This is a good recipe for low-salt white bread. Each loaf should make 16 slices, 105 calories per slice. I’ve found that in most recipes, you can decrease the sugar by 1/3 (i.e., 3 tablespoons would now be 2 tablespoons), the salt by 2/3 (1 tablespoon would be 1 teaspoon), and replace the shortening with vegetable oil. Each rising time will be 10-15 minutes shorter.
Mix 3-1/2 cups of the flour, the sugar, salt, oil, and yeast in large bowl. Add warm water. Beat on low speed 1 minute, scraping bowl frequently. Beat on medium speed 1 minute, scraping bowl frequently. Stir in enough remaining flour, 1 cup at a time, to make dough easy to handle.
Turn dough onto lightly floured surface. Knead about 10 minutes or until smooth and elastic. Place in greased bowl and turn greased side up. Cover and let rise in warm place 45 to 50 minutes or until double. (Dough is ready if indentation remains when touched.) If you don’t have a warm, draft-free place, I find it works well to place covered bowl on a rack in the oven above a pan of warm water.
Grease 2 loaf pans, 9x5x3 or 8-1/2x4-1/2x2-1/2 inches. Punch down dough and divide in half. Shape each half into loaf, place in pans. Brush loaves lightly with margarine if desired. Cover and let rise in warm place 35 to 40 minutes or until double.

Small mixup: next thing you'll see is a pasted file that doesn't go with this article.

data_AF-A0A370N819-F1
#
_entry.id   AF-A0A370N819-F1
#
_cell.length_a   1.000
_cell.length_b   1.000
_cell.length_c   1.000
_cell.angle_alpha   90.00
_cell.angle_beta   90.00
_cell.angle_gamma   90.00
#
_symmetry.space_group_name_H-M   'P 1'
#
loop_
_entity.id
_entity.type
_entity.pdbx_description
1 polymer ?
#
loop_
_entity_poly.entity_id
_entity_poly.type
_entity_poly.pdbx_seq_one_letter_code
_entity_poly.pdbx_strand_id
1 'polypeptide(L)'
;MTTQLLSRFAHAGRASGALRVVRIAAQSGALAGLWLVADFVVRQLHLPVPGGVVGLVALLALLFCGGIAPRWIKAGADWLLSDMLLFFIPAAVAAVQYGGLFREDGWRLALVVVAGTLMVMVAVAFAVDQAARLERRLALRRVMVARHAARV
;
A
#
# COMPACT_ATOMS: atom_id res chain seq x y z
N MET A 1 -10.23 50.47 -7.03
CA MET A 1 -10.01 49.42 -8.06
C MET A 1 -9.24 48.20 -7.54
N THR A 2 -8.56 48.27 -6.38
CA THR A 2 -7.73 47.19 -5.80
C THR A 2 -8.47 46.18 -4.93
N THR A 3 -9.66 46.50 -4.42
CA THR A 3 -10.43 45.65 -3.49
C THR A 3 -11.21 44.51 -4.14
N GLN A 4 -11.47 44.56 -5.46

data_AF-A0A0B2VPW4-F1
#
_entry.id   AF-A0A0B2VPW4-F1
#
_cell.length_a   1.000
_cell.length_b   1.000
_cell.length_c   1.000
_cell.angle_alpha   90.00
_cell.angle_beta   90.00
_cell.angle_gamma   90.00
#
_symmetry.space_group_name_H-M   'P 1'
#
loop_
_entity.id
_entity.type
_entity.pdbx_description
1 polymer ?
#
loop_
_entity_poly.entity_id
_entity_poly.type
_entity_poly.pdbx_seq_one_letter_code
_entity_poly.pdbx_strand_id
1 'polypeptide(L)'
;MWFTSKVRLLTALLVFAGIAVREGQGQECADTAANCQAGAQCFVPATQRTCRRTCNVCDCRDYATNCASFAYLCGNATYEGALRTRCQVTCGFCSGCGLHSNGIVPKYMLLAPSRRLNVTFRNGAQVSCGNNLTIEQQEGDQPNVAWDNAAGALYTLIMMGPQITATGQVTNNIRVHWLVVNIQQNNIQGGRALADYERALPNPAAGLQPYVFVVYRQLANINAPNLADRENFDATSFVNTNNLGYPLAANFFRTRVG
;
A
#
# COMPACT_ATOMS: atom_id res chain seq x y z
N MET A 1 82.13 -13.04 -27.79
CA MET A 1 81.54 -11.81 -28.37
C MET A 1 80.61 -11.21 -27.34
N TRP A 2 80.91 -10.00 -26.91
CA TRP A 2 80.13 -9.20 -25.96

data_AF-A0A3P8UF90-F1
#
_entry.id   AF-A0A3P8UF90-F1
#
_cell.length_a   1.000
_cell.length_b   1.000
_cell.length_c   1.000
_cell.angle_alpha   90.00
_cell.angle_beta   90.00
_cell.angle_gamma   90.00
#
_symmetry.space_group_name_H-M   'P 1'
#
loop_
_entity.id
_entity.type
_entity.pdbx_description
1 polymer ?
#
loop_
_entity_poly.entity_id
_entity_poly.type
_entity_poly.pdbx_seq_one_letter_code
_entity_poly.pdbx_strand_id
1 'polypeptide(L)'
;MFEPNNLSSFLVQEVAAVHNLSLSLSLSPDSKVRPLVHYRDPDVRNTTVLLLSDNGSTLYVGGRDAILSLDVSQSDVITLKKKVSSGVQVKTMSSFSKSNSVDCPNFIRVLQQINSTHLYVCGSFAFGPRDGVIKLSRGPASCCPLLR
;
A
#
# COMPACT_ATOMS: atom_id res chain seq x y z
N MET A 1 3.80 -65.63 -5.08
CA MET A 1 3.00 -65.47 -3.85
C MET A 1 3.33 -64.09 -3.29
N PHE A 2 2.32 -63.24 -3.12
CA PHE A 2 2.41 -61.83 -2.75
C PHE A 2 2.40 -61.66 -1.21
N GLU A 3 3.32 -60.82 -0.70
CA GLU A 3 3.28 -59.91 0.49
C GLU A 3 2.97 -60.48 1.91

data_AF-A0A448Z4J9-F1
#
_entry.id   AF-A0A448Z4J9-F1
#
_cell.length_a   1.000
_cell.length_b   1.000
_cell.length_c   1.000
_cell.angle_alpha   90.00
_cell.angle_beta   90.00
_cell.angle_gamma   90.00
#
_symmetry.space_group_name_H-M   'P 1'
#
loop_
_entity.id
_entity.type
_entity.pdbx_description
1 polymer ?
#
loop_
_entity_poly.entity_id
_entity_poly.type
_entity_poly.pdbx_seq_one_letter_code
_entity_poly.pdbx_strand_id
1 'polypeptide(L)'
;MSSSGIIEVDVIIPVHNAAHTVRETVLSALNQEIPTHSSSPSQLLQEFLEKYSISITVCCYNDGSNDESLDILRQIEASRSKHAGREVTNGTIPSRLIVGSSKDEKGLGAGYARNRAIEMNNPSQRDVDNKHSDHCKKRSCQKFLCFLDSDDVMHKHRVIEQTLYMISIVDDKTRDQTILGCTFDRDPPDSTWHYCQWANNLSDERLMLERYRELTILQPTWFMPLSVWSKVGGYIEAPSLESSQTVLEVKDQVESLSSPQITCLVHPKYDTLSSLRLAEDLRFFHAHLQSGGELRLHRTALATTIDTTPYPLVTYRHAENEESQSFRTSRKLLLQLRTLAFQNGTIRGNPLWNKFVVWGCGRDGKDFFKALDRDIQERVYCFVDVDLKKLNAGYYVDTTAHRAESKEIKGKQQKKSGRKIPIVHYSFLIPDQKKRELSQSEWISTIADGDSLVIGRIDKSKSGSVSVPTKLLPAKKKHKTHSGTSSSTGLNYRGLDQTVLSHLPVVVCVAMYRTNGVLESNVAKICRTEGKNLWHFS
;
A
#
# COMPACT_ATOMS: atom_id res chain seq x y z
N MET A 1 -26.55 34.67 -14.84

Place oven rack in low position so that tops of pans will be in center of oven. Heat oven to 425 degrees F (220 degrees C). Bake 25 to 30 minutes or until loaves are deep golden brown and sound hollow when tapped; remove from pans. Brush loaves with margarine if desired. Cool on wire rack.
Per Serving: 150 calories; protein 4.7g; carbohydrates 28.2g; fat 1.8g; sodium 97.9mg.
The best flavour of the flour can make a real difference to your bread. Different makers do vary. Great taste or Canadian flours, which are bet higher in gluten, may give you a better rise than standard bread flours – especially if you’re make wholemeal dough , which doesn’t always getting bigger as well as white bread.
To made this in a breadmaker , add all the ingredients to your breadmaker and follow the manufacturer’s instructions.
A bread first rising can be make in the fridge overnight . This slows down the time it takes to rise to double its size, giving it a deeper flavour. It’s also a great limit , as you can start it yesterday , then clear it off the next day.